Sometimes it’s OK to say no
Posted by Greta van der Rol
Some several months ago I submitted a science fiction short story to a new magazine. It has very stringent submission requirements, involving an on-line form and I was delighted when the story passed the first hurdle and was under active consideration.
A few days ago I received a response from an editor. She liked my story but felt it needed some work. That’s fine. I think it’s wonderful to receive genuine feedback from an unbiased third party, so I was interested to see what she had to say.
The majority of her remarks were things I could work with; rephrasing, overuse of expressions, a bit of unnecessary body language and so on. She didn’t like the beginning, either; all things to consider in a re-work.
But then she moved on to the science in the story. Her first point was valid; I hadn’t explained myself well and gave the wrong impression. But from there, the amber light began to flash. I had done my homework. The technology and the science in this story were firmly based on an extrapolation of what is happening now, in two cases and an extension of the frontiers of brain science in another. All three were labelled as ‘not believable’. For me, this editor had just demonstrated an absence of knowledge about what is and might be possible. That’s a worry in an SF magazine. Bear in mind that there are accepted standards in SF that are simply made up. Hyperspace, where a ship enters a different spacetime to cover vast distances, is the best example. And before you say I didn’t explain my tech well enough to be convincing, a number of beta readers wouldn’t agree with you.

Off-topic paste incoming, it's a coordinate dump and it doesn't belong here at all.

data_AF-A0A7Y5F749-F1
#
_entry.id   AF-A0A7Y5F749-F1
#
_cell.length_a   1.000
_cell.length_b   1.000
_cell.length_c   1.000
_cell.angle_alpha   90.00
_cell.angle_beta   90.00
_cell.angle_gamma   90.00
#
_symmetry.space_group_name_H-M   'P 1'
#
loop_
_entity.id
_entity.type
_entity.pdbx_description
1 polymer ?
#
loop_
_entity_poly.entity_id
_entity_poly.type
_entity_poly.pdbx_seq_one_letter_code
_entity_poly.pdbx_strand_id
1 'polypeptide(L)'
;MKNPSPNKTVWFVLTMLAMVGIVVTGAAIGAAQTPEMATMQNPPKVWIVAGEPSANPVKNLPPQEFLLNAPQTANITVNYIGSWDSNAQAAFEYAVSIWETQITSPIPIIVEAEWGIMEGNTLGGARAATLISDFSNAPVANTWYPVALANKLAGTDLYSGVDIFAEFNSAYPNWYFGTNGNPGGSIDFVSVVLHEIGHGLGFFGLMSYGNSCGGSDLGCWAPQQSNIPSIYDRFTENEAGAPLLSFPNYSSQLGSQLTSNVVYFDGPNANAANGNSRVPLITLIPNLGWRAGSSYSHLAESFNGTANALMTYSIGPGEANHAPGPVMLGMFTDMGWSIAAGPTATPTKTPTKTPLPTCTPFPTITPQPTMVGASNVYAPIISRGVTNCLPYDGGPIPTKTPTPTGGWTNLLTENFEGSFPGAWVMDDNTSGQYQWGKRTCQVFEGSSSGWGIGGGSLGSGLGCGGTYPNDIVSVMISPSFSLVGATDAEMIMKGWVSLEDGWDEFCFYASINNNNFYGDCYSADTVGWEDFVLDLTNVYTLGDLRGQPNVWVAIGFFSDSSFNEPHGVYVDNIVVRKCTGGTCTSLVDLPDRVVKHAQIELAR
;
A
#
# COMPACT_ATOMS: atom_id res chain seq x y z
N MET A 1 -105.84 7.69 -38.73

OK, amber is flashing. I read on. She wants the heroine of the story to have made the choice to become what she is, not have it foisted on her as a baby. She has a number of reasons for this, one of which is that she cannot countenance an operation on an infant.
At this point the red light glowed. The whole point of the story is that the heroine never had a choice. She has been made into what she is – until she is thrust into the situation which is the plot of the story. Then she is forced to make a choice. This editor wanted a different story to the one I had written and I was not prepared to write it.
I responded to her, explaining what I’ve explained in this post, ending with the words ‘… I’ll have to pass.’ Please bear in mind that this is not altogether a criticism of that editor. She had a job to do, specific requirements to meet and my story didn’t meet them. That’s fine. I have myself to live with.
She wrote back, officially rejecting the story. But she invited me to submit again. So I haven’t burnt my bridges and I still have my soul.